En Español

Q. Who is Mr. Smarty Plants?

A: There are those who suspect Wildflower Center volunteers are the culpable and capable culprits. Yet, others think staff members play some, albeit small, role. You can torture us with your plant questions, but we will never reveal the Green Guru's secret identity.

Help us grow by giving to the Plant Database Fund or by becoming a member

Did you know you can access the Native Plant Information Network with your web-enabled smartphone?


Ask Mr. Smarty Plants

Ask Mr. Smarty Plants is a free service provided by the staff and volunteers at the Lady Bird Johnson Wildflower Center.

Search Smarty Plants
See a list of all Smarty Plants questions

Please forgive us, but Mr. Smarty Plants has been overwhelmed by a flood of mail and must take a break for awhile to catch up. We hope to be accepting new questions again soon. Thank you!

Need help with plant identification, visit the plant identification page.

rate this answer
1 rating

Wednesday - May 09, 2007

From: Austin, TX
Region: Southwest
Topic: Non-Natives
Title: Thinning of non-native rosemary
Answered by: Nan Hampton


I live in NW Austin and have a very large rosemary bush that is having problems this season. We trimmed the bush in early March because the plant was getting too large for the space. It is roughly 3 feet deep by 7 feet wide. It has small purple flowers that bloom on it in the early spring, so I'm not sure which variety we have. The bottom of the plant is basically 10-12 inches of sticks. The new growth is coming in at the top of the plant, but underneath looks really terrible. I assume, eventually, the top growth will cover the ugly parts below, but I'd like to have a healthy plant again. Any suggestions? (I did notice a spider web in the base of the plant yesterday, what pesticide would be best to use?)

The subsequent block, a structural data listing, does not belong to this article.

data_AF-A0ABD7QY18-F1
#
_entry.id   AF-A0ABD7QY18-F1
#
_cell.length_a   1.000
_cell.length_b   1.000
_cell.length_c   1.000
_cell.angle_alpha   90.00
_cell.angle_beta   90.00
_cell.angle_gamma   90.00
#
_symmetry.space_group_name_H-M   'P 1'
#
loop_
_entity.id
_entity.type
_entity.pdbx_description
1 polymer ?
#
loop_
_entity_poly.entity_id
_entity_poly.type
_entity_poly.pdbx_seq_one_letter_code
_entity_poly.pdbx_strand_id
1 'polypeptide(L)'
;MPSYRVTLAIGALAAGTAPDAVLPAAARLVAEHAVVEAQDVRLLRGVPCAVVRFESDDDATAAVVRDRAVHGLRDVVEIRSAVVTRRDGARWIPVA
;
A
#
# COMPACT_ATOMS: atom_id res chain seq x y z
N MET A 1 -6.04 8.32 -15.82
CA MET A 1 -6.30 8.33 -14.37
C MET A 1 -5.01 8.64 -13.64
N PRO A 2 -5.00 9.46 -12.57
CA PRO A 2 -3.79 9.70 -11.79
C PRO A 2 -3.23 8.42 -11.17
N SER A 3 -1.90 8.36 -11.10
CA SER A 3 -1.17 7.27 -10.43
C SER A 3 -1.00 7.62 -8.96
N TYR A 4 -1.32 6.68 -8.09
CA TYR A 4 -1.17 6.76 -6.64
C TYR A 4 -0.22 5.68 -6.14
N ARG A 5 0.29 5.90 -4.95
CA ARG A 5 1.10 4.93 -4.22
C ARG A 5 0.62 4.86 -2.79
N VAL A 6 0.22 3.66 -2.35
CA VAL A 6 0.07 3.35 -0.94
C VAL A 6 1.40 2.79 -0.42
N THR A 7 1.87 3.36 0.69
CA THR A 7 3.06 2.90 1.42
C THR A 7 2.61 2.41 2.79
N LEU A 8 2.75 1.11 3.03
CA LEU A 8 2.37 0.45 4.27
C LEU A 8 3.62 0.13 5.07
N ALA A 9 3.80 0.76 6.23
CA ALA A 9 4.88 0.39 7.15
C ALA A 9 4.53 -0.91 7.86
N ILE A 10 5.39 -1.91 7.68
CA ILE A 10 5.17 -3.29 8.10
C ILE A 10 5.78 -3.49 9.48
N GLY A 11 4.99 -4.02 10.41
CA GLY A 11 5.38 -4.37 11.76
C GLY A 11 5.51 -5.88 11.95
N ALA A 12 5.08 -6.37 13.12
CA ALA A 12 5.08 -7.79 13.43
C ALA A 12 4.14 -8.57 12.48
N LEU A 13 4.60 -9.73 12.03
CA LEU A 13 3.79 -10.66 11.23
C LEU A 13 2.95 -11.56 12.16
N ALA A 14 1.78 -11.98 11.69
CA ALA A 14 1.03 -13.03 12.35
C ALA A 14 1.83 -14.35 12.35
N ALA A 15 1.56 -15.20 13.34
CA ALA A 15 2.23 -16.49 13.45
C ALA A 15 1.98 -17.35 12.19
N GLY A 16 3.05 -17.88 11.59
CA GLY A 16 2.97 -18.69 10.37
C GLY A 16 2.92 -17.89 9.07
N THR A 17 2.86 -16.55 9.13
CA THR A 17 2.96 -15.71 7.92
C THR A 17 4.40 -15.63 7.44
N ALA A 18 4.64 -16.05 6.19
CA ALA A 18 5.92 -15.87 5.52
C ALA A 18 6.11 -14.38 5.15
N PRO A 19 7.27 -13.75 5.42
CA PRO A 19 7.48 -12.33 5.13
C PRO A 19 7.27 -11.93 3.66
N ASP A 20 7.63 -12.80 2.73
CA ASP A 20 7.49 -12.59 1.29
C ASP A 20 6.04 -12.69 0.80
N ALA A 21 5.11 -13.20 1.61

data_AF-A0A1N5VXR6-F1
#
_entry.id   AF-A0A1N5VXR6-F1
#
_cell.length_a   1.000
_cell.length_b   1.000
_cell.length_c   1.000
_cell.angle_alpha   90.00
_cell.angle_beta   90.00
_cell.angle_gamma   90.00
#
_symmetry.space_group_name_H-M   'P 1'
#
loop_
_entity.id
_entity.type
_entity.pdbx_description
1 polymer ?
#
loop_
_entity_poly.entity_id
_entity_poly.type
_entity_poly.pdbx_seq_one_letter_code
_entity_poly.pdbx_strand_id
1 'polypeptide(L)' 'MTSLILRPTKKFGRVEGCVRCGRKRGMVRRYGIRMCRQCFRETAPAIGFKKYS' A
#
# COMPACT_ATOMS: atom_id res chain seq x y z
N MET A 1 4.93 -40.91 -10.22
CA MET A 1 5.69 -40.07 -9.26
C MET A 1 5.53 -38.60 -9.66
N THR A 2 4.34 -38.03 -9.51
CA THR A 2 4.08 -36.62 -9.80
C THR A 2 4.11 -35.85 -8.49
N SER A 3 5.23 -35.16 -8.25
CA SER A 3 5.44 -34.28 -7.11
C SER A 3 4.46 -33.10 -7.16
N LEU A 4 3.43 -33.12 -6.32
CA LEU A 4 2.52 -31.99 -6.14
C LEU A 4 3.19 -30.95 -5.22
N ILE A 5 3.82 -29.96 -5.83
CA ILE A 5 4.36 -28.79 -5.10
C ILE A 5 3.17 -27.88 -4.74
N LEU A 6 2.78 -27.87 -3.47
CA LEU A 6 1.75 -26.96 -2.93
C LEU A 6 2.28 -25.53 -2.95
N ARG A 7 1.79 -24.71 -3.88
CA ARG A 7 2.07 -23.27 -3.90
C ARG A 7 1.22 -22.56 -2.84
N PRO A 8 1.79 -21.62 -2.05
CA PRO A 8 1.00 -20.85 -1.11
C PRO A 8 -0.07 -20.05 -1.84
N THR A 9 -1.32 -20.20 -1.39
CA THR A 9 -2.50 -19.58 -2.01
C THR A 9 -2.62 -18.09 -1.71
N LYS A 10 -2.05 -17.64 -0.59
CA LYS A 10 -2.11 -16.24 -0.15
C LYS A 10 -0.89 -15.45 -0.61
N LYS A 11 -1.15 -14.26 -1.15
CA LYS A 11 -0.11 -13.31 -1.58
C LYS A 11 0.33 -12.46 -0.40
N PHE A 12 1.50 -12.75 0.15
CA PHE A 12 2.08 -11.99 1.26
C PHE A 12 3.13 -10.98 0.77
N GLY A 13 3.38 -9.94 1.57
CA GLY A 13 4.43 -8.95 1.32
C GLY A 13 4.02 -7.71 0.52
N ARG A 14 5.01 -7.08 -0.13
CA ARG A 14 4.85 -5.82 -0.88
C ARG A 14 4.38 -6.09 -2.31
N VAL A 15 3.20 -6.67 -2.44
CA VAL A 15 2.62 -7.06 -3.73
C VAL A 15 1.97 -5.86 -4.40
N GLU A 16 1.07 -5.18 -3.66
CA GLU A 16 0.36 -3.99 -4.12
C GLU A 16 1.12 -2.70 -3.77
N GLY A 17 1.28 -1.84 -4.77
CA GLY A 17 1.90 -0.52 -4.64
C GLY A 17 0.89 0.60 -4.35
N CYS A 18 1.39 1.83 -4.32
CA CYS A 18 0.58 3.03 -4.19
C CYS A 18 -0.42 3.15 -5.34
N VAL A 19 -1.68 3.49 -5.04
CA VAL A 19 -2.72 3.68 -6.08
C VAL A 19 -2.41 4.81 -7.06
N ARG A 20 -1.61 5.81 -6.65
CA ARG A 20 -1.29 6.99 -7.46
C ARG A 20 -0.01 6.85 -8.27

Rosemary (Rosmarinus officinalis) is an introduced species from the Mediterranean region that has been used extensively over the South for landscaping. Since the Wildflower Center's focus and expertise is in plants native to North America, rosemary isn't really in our purview. We can tell you, however, that it sounds as if your plant needs to be thinned considerably to regain its health. Many plants will not produce new growth from old, hard wood at all, some only form the end of pruned wood. It sounds like that is what is happening with your plant. You can read more about its care from The Backyard Gardener.

Concerning the spider web in your plant, spiders in general are good news for gardeners since they trap and eat insects that may be injurious to your plants. Mr. Smarty Plants doesn't see a need for a pesticide to kill spiders.



More Non-Natives Questions

Type of clumping bamboo for outdoor planters from Plano TX
March 25, 2014 - What type of clumping bamboo can be grown outdoors in planters in Dallas,TX?
view the full question and answer

Bugs on non-native Pachystachys lutea in Hawaii
August 20, 2009 - My golden shrimp/lollipop plant has aphid like bugs. They are darker and firmer than aphids but clump like them. They are consuming it. What are they and how do I get rid of them?
view the full question and answer

Growing Citrus Trees in Glendora CA
August 16, 2012 - We're considering moving to Glendora, CA (from the East Coast) and wondered if it is possible to successfully grow orange and other citrus trees that far inland? Any advice you can offer will be muc...
view the full question and answer

Will non-native poisonous oleander grow through non-native invasive bermudagrass in Ft. Worth?
February 20, 2011 - I was wondering if you knew which flowering plants would grow through grass. I have bermuda, have tried raised beds but due to uneven yard with lots of rock it would be too expensive to do properly. ...
view the full question and answer

Controlling pumpkin vine in British Columbia
July 15, 2008 - I have never grown pumpkins before but decided to try one plant this year. It seems to be taking over my small garden space. Can I prune it back? I only want one or two pumpkins for my grandchildre...
view the full question and answer

Support the Wildflower Center by Donating Online or Becoming a Member today.
© 2016 Lady Bird Johnson Wildflower Center